EDUCATION Secretary Charles Clarke's decision not to attend this year's National Union of Teachers conference will not mean a shortage of political theatre.
The agenda contains no less than nine potentially divisive calls for industrial action on issues ranging from pensions to privatisation.
The leadership is also likely to table a late motion threatening strikes in areas where funding problems lead to redundancies.
Although upset by Mr Clarke's snub, general secretary Doug McAvoy will be glad to avoid the traditional Easter portrayal of NUT delegates as an unruly rabble.
The left positively welcomes Mr Clarke's absence because it will give them more time to vote on policy issues. Ian Murch, a leading member of the left-wing Campaign for a Democratic and Fighting Union, believes the absence will lead to a less factional conference. "It is likely to lower the temperature and make us focus on the things we agree about," he said.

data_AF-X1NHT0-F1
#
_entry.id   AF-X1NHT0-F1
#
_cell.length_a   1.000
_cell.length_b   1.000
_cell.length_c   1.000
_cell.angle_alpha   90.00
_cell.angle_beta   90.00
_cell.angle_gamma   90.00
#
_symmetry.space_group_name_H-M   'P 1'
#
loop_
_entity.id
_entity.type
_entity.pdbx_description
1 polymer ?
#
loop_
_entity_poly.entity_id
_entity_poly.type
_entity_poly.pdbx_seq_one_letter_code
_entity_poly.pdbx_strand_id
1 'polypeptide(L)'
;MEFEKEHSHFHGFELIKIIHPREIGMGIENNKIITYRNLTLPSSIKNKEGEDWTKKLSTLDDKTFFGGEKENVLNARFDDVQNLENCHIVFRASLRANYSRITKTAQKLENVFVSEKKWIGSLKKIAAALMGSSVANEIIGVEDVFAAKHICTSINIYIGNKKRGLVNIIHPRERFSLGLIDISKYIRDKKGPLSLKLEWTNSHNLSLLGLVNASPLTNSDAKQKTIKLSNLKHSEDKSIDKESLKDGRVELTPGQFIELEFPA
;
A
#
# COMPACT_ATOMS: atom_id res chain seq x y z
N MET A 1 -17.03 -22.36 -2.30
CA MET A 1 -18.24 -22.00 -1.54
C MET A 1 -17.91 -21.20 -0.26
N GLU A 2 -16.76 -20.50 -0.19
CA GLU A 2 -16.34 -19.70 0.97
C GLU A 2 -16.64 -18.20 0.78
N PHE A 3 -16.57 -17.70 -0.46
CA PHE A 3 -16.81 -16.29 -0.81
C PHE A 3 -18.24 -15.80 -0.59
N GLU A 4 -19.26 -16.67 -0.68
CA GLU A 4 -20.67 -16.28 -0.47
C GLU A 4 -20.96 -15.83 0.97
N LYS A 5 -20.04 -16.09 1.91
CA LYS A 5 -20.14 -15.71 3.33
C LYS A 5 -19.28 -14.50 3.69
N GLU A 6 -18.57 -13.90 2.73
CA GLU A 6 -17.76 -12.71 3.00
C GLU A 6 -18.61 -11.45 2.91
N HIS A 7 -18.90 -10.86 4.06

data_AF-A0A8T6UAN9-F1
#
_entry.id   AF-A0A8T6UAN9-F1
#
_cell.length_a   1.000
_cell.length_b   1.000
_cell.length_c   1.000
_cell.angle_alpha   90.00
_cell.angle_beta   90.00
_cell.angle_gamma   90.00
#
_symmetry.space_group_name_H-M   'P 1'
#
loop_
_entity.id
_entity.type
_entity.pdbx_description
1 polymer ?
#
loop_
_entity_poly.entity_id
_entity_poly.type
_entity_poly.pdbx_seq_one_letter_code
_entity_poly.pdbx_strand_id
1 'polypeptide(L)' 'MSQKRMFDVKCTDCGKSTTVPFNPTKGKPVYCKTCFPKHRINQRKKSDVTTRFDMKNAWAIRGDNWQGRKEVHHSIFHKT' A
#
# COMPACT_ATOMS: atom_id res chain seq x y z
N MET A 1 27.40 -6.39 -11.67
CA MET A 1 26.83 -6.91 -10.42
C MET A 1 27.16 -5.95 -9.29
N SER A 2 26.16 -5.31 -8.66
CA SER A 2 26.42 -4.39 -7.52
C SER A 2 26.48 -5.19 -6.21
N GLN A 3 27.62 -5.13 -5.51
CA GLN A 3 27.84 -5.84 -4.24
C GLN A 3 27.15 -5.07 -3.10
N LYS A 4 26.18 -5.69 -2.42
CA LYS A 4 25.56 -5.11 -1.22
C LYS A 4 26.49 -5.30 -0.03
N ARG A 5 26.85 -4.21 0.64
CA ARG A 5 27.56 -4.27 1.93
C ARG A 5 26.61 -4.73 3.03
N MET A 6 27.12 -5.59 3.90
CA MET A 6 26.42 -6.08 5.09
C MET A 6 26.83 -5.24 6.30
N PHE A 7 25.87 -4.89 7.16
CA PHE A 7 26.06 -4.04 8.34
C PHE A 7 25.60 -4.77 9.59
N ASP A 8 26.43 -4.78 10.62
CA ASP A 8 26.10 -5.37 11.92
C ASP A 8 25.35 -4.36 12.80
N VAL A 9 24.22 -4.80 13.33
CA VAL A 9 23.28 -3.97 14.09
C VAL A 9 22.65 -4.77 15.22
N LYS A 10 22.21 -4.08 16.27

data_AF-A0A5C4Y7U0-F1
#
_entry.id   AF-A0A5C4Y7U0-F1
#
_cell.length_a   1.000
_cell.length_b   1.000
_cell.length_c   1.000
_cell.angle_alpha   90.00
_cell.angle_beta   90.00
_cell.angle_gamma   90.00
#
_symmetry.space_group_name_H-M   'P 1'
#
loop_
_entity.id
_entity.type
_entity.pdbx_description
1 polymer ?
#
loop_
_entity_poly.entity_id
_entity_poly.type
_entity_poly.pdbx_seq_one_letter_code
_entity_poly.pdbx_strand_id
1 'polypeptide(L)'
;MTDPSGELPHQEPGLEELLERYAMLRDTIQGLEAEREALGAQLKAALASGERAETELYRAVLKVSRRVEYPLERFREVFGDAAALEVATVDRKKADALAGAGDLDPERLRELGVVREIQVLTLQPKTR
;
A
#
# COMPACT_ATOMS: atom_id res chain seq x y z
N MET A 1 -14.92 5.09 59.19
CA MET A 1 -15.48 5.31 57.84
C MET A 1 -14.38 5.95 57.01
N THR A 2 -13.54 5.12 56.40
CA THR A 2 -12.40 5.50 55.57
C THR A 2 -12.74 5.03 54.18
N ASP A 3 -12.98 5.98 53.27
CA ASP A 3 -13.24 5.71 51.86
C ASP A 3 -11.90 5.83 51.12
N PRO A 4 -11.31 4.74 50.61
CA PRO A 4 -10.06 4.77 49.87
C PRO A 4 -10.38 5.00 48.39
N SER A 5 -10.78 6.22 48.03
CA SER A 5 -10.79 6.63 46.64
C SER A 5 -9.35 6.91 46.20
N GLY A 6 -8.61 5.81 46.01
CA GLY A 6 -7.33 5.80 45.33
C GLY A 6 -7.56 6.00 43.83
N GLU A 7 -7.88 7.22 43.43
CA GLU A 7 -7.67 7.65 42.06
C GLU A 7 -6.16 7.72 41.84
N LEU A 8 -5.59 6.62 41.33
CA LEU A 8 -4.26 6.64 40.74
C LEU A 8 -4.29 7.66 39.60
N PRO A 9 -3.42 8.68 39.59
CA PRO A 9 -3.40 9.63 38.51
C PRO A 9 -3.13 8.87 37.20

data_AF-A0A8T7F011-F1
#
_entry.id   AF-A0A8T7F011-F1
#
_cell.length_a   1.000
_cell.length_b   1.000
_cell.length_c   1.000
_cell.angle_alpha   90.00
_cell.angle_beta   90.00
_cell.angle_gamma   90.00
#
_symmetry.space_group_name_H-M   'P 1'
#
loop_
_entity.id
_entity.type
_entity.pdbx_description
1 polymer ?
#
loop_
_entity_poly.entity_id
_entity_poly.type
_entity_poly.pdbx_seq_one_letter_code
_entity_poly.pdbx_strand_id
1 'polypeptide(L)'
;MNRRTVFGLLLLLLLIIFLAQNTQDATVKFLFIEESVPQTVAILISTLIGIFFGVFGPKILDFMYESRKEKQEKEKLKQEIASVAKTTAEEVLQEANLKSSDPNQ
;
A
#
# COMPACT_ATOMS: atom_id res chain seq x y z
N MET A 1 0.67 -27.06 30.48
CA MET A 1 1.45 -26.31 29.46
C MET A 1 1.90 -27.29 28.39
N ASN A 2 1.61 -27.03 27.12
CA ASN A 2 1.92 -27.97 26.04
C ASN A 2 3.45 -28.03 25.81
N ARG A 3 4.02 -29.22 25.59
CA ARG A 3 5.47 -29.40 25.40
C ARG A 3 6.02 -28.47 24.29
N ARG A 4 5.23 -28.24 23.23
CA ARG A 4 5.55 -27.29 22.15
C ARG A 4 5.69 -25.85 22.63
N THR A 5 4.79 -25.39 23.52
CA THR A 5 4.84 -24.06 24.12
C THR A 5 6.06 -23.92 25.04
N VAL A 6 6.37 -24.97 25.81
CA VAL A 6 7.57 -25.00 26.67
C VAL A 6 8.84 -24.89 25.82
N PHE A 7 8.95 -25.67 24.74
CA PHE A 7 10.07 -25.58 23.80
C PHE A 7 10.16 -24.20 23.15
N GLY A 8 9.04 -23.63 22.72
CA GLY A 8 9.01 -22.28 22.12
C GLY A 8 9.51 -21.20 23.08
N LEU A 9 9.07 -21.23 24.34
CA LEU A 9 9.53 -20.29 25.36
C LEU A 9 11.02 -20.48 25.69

Members in Blackburn with Darwen have called on the leadership to show commitment to professional unity by giving every member a diary, in line with "existing good practice by ATL and the NASUWT".
Meanwhile, Eamonn O'Kane, general secretary of the NASUWT, said he was optimistic that Mr Clarke would get a warm response at their annual conference in Bournemouth because of the tough stance he and fellow ministers have taken on discipline.
Bad behaviour will be a key issue at the conference after a year in which NASUWT members took industrial action in 27 different schools where members refused to teach violent or disruptive pupils.
Delegates are expected to call for local authorities and governors to be even tougher on problem students and for schools to help teachers tackle low-level misbehaviour in the classroom. The union will also be unveiling research on racial harrassment of teachers and the exam overload that pupils face.